The Basketball Podcast: EP55 Jim Crutchfield

May 15, 2019
9,976 Views

In this week’s basketball coaching conversation, Nova Southeastern head coach Jim Crutchfield joins the podcast to talk about his pressing uptempo philosophy. Crutchfield is one of the most successful coaches in NCAA basketball history.

NCAA coaching legend Jim Crutchfield became the head coach at NCAA D2 Nova Southeastern on March 21, 2017, following a historical stint at West Liberty in West Virginia, and quickly introduced a pressing, uptempo style of play that his known for. His recipe for success that had worked during the previous 13 years at West Liberty translated a 6-20 program into a National contender.
 
Prior to his arrival in Fort Lauderdale, Crutchfield built arguably the most high-profile Division II program in the nation during 13 seasons with West Liberty. Having coached the Hilltoppers since 2004-17, he amassed a career record of 359-61 (.855), which was the highest career winning percentage in college basketball history among ALL NCAA coaches who had spent at least 10 seasons as an NCAA head coach. That places Crutchfield in an elite class of coaching legends that includes Kentucky’s Adolph Rupp (3rd all-time), UCLA’s John Wooden (7th) and Duke’s Mike Krzyzewski (21st).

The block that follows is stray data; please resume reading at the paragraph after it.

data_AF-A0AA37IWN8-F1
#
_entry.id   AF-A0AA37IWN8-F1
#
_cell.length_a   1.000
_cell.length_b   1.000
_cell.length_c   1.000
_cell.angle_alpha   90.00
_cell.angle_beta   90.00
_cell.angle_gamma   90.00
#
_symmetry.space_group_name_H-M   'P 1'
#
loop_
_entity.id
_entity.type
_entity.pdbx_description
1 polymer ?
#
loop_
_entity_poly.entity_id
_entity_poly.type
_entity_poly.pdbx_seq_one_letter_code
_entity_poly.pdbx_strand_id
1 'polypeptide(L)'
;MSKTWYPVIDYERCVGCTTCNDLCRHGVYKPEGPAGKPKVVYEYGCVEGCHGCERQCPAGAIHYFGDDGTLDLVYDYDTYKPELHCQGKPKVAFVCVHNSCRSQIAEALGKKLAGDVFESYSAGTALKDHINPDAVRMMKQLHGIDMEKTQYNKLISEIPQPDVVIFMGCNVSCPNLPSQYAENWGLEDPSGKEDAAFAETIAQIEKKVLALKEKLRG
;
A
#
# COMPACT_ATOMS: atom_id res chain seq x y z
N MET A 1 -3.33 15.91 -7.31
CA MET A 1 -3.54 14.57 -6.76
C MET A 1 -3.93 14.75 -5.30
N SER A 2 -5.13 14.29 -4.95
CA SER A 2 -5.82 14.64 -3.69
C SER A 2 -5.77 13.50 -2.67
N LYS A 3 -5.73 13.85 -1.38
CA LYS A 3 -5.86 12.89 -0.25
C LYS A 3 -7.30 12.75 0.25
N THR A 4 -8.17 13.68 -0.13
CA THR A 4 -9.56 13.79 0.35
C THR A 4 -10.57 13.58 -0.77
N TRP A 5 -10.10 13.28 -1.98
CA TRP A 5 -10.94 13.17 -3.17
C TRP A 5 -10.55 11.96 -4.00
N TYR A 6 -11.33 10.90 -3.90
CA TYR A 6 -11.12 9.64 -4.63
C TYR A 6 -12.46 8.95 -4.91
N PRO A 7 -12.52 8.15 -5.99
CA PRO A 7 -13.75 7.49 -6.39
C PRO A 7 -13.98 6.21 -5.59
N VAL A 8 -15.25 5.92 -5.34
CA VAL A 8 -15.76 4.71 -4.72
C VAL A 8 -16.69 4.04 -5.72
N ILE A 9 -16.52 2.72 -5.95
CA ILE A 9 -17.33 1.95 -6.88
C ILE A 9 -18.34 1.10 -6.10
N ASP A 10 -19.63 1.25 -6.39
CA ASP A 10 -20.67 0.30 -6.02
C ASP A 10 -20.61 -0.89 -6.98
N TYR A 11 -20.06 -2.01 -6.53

More on Crutchfield…
  • 376-71 career record (.841) Two-time National Coach of the Year (Basketball Times – 2012, 2013)
  • Three-time Atlantic Region Coach of the Year (NABC – 2011, 2012, 2013) Six-time Conference Coach of the Year (2005, 2010, 2011, 2012, 2013, 2014)
  • Four-time Furfari Award Winner for top college coach in the state of West Virginia for all sports (2011, 2012, 2013, 2014).

Video Learning:

Quotes:

“During the offseason we don’t do traditional conditioning . . we play a lot more 5-on-5 but the way we play is exhausting . . it’s full court, face guard, man-to-man, trap, chase . .”

“I have an agreement with the players that if you play that way in the off-season, and you push yourself really hard, then we’re not going to do conditioning . . And I’ve found that you get in shape both mentally and physically.”

“We talk about what we call ‘the process’ here . . it’s a three part process that goes into that decision-making . . number one, you’ve got to see the game; and two, you’ve got to be able to analyze it quickly; and three, you have to be able to react.”

“Everything is charted and scored even in the open gym . . they chart winning and losing . . you look at some guys and maybe their numbers don’t show up on the stat sheet great, but their winning . . shows up . . they’re the common thread.”

“These guys all know that we’re looking for guys that win and that creates a good atmosphere for playing. They know it’s going to be charted; they know it’s going up on the board . . even drills in practice, in transition drills, there’s a winner and a loser . . guys tend to try harder and it’s more fun if there’s something on the line every day.”